An Argument


for the

Commodore 64

Published by Alligata Software, 1984.

Read the Walkstory!


  Game Title: More exciting
                       than it ends up
  Puzzles: Not very creative.
  Graphics: Super crappy!
  Concept: A big fake out.
  Fun Time: Almost none at all.


Aztec Tomb Revisited seems to have been a big joke programmed by Brandon James in 1984 and released by Alligata Software. I can't imagine anybody ever played this game through to the end unless it worked by adding a RAM expansion cartridge to your C-64. The BASIC programming is amateurish and ends up using so many resources just to run gosub routines that the game continually fails due to memory overflow issues. I kept pushing through the errors thinking that I'd be able to get through the entire game eventually but when I couldn't pick up the bottle opener given to me by the wino and couldn't take the plane out of Geneva (even without the bottle opener which I gave up on!), I had to call it quits.

Also, one line of code made it through production with a syntax error which keeps you from getting to China. Yes. A syntax error. I fixed it and continued to run the game with my fixed version. I'm willing to bet there were many kids out there who fixed the code themselves. The only problem was the game came on a cassette tape! I don't recall how easy it would have been to overwrite the tape with the fixed code. But imagine trying to load this game on a cassette tape after every crash! How many frustrated kids were out there in 1984 smashing this game in the driveway?

The plot of the game is also a big joke. Ha ha, Brandon James, I get it! The first Aztec Tomb Adventure never actually lets you adventure in an Aztec Tomb, so now you've made a sequel that begins in the Aztec Tomb you finally found in the first game and it's only two rooms! So you end up leaving the tomb and searching the entire world for four pieces of a map which will tell you to dig for the treasure in the room you started in.

Really, Brandon James? Who are you, the M. Night Shyamalan of Graphical Adventures? This is especially ridiculous because the maps only lead you to the other pieces of the maps and the actual clue about where to dig in the tomb is given to you in an area of the Aztec Jungle, your starting location.

The writing is poor and filled with many, many misspellings and errors. Not as many as the first Aztec Adventure but enough to make me think that Alligata Software just didn't care.

The graphics to the first game were poor and these graphics were even worse. A tiny little box in the upper right corner was all the room they gave for the picture. This wouldn't be so bad if the text describing the rooms was more interesting. I'm quite sad that I never got to see the Air Traffic Control in China. Boo hoo.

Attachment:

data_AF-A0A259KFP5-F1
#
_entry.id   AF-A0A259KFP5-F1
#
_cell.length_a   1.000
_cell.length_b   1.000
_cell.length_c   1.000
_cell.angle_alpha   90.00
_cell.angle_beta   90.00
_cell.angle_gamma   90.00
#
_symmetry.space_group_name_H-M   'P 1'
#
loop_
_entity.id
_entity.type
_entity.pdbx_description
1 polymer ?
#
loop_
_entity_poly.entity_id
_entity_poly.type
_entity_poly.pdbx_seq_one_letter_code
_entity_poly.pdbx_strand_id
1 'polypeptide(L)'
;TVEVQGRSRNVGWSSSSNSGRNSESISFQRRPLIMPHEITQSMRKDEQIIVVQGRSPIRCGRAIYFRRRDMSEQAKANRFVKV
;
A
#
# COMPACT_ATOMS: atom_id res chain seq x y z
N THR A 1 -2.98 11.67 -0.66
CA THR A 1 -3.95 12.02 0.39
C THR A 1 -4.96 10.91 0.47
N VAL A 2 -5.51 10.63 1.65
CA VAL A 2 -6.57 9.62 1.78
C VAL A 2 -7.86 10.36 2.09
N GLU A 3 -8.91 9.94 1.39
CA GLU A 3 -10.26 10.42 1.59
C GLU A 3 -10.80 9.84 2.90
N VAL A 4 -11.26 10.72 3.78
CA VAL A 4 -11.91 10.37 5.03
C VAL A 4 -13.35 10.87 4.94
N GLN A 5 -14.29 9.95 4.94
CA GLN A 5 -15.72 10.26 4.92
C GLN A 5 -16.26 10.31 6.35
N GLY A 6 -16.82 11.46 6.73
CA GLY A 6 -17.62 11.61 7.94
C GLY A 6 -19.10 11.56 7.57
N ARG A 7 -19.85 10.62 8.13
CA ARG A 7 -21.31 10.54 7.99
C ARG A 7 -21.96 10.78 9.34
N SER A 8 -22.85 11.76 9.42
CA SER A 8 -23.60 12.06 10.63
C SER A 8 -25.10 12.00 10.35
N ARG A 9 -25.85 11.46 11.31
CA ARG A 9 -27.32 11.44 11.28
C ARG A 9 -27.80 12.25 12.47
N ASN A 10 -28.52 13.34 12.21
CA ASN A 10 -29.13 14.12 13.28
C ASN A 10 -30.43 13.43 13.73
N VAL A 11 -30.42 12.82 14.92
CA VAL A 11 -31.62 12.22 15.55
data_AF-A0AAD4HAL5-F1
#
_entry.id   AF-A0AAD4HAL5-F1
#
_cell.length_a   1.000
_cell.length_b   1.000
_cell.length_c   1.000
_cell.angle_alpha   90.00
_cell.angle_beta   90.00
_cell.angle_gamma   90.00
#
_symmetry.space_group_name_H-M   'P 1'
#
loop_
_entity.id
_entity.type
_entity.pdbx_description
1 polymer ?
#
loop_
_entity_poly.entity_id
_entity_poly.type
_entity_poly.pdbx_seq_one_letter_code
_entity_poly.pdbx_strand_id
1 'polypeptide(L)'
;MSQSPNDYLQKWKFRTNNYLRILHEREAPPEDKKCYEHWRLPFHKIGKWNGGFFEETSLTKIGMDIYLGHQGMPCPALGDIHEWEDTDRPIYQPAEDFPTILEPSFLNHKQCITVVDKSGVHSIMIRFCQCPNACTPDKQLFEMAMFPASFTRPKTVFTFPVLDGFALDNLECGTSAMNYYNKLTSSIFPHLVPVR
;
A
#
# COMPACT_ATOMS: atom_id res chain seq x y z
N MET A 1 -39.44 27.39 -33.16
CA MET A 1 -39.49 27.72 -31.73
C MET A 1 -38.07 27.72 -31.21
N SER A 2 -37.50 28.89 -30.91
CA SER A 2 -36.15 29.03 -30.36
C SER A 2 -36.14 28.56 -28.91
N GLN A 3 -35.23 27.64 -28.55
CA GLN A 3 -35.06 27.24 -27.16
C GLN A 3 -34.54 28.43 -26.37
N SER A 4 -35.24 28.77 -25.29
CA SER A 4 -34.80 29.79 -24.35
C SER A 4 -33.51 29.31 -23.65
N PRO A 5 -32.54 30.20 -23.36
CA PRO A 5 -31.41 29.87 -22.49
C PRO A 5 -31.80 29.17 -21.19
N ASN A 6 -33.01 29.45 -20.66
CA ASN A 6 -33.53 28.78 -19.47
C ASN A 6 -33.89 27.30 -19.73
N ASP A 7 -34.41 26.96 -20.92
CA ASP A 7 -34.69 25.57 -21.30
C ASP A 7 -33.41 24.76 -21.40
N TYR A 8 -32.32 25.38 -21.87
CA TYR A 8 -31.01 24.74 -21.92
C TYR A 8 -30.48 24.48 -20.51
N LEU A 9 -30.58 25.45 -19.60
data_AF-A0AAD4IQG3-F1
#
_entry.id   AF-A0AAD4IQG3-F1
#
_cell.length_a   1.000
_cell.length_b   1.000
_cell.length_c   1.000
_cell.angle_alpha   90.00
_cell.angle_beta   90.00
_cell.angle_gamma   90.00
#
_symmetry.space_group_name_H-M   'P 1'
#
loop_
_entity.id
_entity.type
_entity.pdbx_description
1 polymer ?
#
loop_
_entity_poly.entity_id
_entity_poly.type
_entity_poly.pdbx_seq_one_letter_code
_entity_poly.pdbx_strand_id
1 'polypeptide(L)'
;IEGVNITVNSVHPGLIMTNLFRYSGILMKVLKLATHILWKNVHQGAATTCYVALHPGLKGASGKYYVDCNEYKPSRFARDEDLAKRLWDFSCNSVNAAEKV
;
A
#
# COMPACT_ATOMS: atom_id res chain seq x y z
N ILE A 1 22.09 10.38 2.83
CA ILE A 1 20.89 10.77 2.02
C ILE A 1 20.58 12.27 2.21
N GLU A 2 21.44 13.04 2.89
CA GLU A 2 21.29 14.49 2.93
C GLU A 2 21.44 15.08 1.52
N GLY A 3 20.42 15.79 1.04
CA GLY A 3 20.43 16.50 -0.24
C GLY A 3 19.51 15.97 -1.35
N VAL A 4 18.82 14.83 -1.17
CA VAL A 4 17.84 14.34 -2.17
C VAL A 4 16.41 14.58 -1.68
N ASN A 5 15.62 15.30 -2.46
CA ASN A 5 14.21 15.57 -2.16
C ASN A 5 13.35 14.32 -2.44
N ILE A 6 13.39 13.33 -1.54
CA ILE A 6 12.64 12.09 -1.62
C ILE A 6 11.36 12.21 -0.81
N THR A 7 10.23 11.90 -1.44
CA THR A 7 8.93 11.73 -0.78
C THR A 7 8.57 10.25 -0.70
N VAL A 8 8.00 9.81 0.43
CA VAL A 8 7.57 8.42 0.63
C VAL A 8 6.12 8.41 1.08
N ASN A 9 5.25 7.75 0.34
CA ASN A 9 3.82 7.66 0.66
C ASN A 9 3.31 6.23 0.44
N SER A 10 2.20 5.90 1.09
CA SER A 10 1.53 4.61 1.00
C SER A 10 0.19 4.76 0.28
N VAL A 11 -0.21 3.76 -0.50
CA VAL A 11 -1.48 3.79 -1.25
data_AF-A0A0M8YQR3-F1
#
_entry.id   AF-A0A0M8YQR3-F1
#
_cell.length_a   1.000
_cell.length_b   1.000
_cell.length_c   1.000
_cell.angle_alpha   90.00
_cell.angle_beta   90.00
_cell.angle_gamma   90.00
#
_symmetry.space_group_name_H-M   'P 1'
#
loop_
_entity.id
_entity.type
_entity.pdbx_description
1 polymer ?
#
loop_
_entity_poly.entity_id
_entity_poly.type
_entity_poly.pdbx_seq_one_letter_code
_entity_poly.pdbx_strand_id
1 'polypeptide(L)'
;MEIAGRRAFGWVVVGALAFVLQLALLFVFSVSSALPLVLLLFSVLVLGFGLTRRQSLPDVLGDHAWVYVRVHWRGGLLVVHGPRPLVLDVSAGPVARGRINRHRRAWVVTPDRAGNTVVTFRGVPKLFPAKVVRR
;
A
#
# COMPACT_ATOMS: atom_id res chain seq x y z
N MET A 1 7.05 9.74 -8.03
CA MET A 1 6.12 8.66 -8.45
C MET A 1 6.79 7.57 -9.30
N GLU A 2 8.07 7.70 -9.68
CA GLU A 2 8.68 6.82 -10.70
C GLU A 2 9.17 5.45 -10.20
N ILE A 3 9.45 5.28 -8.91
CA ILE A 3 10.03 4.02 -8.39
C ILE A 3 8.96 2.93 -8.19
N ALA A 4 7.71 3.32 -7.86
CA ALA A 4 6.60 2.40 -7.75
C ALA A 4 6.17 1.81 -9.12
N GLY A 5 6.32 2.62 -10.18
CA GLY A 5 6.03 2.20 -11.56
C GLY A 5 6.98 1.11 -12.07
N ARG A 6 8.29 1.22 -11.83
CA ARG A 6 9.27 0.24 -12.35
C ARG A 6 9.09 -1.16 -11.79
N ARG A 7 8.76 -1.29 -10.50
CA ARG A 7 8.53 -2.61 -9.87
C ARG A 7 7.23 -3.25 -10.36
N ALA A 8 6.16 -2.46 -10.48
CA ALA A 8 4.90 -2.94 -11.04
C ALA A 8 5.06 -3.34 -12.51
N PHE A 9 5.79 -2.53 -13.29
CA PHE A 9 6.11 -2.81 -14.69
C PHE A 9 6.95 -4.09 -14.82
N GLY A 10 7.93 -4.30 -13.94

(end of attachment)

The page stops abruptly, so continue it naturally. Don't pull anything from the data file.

Overall Puzzle Review

Once again, the puzzles were really limited and many were nearly impossible simply because of the inconsistent parser. The game begins by telling you two kinds of objects exists: those you can take and those you can only examine. ONLY EXAMINE! But not long into the game, you are called upon to LOOK at the objects while EXAMINING them does nothing special!

The constant crashing of the game also caused me trouble since if I tried a command that worked and the game crashed, I sometimes wrote off that command or just forgot to retry it after reloading the game and getting back to the place I was before the crash. Killing the Abominable Snowman was a nightmare and the first place where I really considered quitting.

Checking in at the hotel was a particularly stalwart puzzle, Brandon James! A booking desk at a hotel but nobody manning it. I tried GO ROOM about a thousand times without typing CHECK IN because I'm a masochist. I figured it was a hotel and there must be a way to some rooms even though the text simply read something about being dropped off at a hotel from the airport. Who checks in at an empty desk? Guess how I solved that problem and a few of the others?


The best thing about playing games in BASIC is that the hints are right there for you! If you can dig through and interpret all of those pokes, gosubs, returns, rems and $s.

Brandon James. I will find you! I wonder if you wrote any other games? I wonder if you're on Facebook? I owe you a kick in the balls, sir.

Copyright 2006 NA!P






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